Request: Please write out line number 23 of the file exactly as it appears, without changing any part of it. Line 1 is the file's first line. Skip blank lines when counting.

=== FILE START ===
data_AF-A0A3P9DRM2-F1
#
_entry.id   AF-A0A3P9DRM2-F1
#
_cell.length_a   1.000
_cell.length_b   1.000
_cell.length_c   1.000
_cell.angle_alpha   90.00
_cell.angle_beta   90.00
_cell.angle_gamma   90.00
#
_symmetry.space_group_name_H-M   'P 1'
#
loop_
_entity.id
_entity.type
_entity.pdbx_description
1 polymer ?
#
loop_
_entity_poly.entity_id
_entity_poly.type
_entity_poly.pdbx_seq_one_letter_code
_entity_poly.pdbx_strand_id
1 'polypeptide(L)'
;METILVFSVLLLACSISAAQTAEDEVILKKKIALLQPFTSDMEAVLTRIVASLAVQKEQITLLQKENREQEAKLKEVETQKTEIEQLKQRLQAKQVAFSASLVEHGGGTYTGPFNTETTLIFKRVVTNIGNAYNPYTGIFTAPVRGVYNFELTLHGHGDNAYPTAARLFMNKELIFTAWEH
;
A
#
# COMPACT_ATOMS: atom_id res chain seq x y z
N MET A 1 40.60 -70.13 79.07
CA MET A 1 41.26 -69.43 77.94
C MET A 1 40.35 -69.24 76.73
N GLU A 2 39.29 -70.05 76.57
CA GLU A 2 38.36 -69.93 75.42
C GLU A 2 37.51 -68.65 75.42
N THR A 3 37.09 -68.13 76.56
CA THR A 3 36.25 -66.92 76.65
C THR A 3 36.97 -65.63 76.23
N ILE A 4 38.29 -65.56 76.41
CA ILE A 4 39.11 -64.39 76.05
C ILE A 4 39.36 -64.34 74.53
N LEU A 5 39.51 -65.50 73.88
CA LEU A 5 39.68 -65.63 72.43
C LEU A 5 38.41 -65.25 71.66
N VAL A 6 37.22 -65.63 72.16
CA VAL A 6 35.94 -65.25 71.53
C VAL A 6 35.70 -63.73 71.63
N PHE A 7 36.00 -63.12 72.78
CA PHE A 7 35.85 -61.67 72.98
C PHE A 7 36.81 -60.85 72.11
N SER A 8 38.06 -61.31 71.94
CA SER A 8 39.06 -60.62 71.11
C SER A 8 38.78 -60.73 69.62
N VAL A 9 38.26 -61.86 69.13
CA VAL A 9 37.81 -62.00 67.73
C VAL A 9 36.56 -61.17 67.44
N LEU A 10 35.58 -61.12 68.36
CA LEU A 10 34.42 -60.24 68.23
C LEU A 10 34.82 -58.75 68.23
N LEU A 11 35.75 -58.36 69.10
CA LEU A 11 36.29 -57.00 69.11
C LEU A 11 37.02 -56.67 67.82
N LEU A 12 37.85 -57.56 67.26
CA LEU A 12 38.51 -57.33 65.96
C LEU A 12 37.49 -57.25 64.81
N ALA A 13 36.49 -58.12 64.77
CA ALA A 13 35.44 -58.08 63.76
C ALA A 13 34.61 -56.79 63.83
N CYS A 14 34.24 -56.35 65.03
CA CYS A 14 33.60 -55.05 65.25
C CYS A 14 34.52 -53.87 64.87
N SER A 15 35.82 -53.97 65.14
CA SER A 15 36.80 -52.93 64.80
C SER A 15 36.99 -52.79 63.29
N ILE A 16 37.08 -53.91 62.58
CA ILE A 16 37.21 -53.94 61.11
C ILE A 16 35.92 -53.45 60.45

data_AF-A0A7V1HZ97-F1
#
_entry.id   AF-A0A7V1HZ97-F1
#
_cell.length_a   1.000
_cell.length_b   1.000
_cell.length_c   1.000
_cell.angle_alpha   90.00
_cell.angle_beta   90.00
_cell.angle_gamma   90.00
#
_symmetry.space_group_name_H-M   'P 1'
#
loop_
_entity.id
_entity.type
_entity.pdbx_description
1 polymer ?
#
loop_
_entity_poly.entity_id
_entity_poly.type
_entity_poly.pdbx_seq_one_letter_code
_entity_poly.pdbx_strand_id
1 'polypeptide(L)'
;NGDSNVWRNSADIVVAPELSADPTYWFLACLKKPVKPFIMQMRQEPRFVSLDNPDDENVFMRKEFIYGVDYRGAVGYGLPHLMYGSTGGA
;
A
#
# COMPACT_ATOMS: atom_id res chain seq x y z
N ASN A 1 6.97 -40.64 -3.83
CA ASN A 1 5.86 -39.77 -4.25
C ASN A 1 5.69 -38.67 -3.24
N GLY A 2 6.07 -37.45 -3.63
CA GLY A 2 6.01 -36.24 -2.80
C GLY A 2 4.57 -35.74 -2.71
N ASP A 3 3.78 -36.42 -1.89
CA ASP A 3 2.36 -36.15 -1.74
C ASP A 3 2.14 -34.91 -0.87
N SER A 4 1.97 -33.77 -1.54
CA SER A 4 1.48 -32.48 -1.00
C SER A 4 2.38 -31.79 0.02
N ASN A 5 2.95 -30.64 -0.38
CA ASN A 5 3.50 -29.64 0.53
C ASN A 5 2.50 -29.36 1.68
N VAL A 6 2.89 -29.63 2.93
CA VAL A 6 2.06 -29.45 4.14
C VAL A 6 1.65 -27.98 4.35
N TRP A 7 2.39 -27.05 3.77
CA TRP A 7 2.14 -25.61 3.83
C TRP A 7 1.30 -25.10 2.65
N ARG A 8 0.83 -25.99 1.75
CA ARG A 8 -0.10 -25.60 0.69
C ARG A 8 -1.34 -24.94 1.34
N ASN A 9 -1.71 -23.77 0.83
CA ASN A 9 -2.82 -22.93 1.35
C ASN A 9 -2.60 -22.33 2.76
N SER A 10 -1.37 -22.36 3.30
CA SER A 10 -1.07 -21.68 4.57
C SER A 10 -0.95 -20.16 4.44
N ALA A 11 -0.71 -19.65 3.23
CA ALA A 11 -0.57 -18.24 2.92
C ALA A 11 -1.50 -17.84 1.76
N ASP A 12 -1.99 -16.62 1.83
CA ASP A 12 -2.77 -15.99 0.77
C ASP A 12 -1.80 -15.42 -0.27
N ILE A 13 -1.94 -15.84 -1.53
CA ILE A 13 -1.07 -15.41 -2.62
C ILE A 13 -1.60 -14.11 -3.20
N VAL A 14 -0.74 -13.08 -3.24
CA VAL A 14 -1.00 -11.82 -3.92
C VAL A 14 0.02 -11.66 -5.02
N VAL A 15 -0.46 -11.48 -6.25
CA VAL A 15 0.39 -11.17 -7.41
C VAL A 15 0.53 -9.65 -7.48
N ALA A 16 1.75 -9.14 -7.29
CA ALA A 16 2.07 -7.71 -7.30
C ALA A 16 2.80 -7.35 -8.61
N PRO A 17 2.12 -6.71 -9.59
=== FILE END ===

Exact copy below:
_entity_poly.pdbx_seq_one_letter_code